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bednet_0.nodeToday is World Malaria Day! Instituted in 2007 by the World Health Assembly to recognize the global effort to provide effective control of malaria, World Malaria Day is an opportunity for international actors and countries to expand the conversation on fighting the disease and for new donors to join the global partnership.

Combating malaria, an infectious disease born from Anopheles mosquitoes, is a high priority on the United Nation’s international agenda. Included as Millennium Development Goal #6, the United Nations aims to halt and reverse the incidence of malaria by 2015. In 2010, 3.3 billion people – half of the world’s population – lived at risk of malaria infection. The World Health Organization reports that 216 million people worldwide currently live with malaria, contributing to an estimated 655,000 deaths. People living in low-income countries are among the most vulnerable to infection. The World Health Organization urges three main strategies for malaria control: prevention with insecticide treated mosquito nets (ITNs), prevention with indoor residual spraying, and rapid treatment with artemisinin-based combination therapy antimalarial medications.

Since 2004, global production of ITNs has increased five-fold, from 30 million to 150 million in 2009. In Africa, 200 million ITNs have been delivered and are ready for use; however, another 350 million are necessary to achieve universal coverage. The recent ITN production scale-up has been especially important for African children, the most vulnerable to malaria infection, who have experienced a significant increase in their use of ITNs – rising from 2 percent in 2000 up to 22 percent in 2008. Indoor residual spraying (IRS) is a proven and effective technique whereby houses are sprayed with insecticide that kills mosquitoes. A larger logistical challenge, IRS requires spray operators, supervisors, educators, clinicians, community mobilizers, and environmental and wash facilities in order to meet environmental regulations. Unfortunately, the recent emergence of insecticide resistance is threatening the success of IRS and ITNs in the fight to control malaria in Africa.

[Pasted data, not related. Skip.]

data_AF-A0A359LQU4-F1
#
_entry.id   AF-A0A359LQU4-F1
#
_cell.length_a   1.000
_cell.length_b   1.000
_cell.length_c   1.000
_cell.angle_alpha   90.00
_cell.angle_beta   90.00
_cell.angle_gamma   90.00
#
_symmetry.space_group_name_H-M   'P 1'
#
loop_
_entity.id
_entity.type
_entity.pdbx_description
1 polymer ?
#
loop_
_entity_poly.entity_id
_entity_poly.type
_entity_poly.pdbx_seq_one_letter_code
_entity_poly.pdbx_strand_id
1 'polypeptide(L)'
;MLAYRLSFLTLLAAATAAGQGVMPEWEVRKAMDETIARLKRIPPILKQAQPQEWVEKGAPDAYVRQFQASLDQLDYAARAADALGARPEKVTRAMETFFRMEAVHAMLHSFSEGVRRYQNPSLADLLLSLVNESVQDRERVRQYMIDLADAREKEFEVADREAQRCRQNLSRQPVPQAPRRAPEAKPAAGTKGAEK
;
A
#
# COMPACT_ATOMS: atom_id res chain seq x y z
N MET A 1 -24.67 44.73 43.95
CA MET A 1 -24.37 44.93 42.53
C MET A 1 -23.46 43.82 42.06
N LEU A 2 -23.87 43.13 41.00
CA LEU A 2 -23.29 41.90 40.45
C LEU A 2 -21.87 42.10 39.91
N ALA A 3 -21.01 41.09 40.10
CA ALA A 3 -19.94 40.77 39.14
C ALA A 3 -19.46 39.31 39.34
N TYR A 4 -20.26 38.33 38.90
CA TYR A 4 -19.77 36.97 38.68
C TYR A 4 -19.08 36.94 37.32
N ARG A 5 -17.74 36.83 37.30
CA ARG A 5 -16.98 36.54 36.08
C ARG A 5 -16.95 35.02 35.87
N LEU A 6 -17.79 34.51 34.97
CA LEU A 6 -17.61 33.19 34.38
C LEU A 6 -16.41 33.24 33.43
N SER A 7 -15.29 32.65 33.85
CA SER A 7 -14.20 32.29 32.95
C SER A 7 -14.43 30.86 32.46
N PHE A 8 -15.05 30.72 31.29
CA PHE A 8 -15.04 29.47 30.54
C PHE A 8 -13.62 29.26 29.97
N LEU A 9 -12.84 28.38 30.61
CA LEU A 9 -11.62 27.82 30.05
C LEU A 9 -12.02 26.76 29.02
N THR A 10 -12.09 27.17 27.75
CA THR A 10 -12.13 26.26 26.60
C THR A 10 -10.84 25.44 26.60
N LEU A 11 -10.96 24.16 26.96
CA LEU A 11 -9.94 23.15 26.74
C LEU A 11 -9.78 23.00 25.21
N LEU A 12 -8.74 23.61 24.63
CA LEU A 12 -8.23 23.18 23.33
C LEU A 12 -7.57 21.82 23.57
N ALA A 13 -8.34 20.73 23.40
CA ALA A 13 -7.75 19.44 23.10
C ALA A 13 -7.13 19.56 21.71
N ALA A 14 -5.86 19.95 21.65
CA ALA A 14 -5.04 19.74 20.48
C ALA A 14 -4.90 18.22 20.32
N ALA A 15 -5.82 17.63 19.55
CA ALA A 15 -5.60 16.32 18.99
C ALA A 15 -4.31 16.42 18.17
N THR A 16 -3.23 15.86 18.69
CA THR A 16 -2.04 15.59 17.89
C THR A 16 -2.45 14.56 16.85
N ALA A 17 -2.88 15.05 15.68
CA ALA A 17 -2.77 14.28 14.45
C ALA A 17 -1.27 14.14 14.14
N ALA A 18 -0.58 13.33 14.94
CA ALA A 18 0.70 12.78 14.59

The Hunger Project continuously works to prevent and treat malaria around the world. In 2011, The Hunger Project distributed more the 43,000 ITNs to our partners, either by selling them at a low cost or via partnerships with like-minded organizations like UNICEF. In addition, more than 180,000 village partners accessed health services at our epicenter clinics during 2011, where malaria infections are regularly treated.

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Epstein SmContent submitted by THP Research and Advocacy Intern Elisabeth Epstein. Elisabeth joined THP in Fall 2011 and holds a double B.A. in International Affairs and Psychology from Indiana University. She will be graduating with a Masters in International Development from The New School in May 2012. Before starting at THP, Elisabeth worked as the Safe Water and Health Intern for the Academic Model Providing Access to Healthcare (AMPATH), researching, collecting, and analyzing fieldwork data alongside her Kenyan colleagues. Elisabeth has a combination of intern, work, and/or educational experience spanning 9 countries and 4 continents, including China, Thailand, France, the Czech Republic, Belgium, Germany, Mexico, The United States and Kenya.


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